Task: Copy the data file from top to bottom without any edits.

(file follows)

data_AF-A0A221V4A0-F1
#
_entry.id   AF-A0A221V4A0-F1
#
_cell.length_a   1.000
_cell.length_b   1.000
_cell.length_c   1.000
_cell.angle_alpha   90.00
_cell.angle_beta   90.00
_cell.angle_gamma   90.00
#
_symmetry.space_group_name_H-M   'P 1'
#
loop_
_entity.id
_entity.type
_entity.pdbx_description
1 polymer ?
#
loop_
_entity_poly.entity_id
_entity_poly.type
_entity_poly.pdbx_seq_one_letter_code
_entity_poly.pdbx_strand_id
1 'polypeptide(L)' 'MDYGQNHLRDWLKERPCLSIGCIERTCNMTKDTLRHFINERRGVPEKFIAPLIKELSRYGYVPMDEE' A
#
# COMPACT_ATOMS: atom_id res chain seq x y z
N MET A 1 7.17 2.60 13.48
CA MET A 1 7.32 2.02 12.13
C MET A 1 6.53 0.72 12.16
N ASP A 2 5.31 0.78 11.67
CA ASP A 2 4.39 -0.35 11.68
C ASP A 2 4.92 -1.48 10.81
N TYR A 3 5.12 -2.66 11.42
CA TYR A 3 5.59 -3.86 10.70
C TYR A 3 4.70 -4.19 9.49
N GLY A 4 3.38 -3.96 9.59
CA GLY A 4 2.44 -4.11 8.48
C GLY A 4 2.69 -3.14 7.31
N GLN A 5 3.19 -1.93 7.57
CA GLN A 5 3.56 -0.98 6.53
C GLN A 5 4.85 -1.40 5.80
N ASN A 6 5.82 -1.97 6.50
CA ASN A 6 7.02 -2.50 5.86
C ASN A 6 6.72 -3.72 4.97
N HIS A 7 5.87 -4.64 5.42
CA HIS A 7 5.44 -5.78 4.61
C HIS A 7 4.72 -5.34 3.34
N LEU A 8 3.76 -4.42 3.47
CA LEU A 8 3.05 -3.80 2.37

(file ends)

data_AF-A0A221V4A0-F1
#
_entry.id   AF-A0A221V4A0-F1
#
_cell.length_a   1.000
_cell.length_b   1.000
_cell.length_c   1.000
_cell.angle_alpha   90.00
_cell.angle_beta   90.00
_cell.angle_gamma   90.00
#
_symmetry.space_group_name_H-M   'P 1'
#
loop_
_entity.id
_entity.type
_entity.pdbx_description
1 polymer ?
#
loop_
_entity_poly.entity_id
_entity_poly.type
_entity_poly.pdbx_seq_one_letter_code
_entity_poly.pdbx_strand_id
1 'polypeptide(L)' 'MDYGQNHLRDWLKERPCLSIGCIERTCNMTKDTLRHFINERRGVPEKFIAPLIKELSRYGYVPMDEE' A
#
# COMPACT_ATOMS: atom_id res chain seq x y z
N MET A 1 7.17 2.60 13.48
CA MET A 1 7.32 2.02 12.13
C MET A 1 6.53 0.72 12.16
N ASP A 2 5.31 0.78 11.67
CA ASP A 2 4.39 -0.35 11.68
C ASP A 2 4.92 -1.48 10.81
N TYR A 3 5.12 -2.66 11.42
CA TYR A 3 5.59 -3.86 10.70
C TYR A 3 4.70 -4.19 9.49
N GLY A 4 3.38 -3.96 9.59
CA GLY A 4 2.44 -4.11 8.48
C GLY A 4 2.69 -3.14 7.31
N GLN A 5 3.19 -1.93 7.57
CA GLN A 5 3.56 -0.98 6.53
C GLN A 5 4.85 -1.40 5.80
N ASN A 6 5.82 -1.97 6.50
CA ASN A 6 7.02 -2.50 5.86
C ASN A 6 6.72 -3.72 4.97
N HIS A 7 5.87 -4.64 5.42
CA HIS A 7 5.44 -5.78 4.61
C HIS A 7 4.72 -5.34 3.34
N LEU A 8 3.76 -4.42 3.47
CA LEU A 8 3.05 -3.80 2.37